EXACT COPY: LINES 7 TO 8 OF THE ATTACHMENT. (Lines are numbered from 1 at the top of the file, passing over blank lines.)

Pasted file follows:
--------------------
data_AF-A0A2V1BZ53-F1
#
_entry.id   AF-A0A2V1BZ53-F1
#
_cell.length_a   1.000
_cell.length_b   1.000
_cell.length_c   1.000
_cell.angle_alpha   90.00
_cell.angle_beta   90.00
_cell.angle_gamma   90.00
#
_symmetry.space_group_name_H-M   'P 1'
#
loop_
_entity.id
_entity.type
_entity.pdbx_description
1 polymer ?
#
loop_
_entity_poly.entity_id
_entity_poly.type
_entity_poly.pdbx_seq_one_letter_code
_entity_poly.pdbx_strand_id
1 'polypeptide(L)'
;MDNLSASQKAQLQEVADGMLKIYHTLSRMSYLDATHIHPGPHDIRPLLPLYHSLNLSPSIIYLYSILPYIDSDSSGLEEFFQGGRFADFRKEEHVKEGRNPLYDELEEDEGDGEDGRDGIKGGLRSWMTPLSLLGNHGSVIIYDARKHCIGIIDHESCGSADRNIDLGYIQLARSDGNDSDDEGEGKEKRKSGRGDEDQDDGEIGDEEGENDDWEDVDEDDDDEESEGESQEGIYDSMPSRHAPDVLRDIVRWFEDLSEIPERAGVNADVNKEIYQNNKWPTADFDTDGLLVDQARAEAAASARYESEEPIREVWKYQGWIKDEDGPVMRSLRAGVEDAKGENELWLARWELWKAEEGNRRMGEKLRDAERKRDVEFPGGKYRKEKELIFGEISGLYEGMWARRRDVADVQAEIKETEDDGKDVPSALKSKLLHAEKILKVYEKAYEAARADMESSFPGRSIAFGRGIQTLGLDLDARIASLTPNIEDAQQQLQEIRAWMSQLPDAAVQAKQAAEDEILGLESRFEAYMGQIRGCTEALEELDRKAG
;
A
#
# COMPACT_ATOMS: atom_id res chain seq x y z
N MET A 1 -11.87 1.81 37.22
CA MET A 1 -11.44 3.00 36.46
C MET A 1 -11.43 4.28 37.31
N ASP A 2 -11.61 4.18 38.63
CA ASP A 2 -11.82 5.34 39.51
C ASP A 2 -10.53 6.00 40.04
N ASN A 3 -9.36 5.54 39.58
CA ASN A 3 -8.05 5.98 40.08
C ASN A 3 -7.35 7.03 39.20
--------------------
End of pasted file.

_cell.length_c   1.000
_cell.angle_alpha   90.00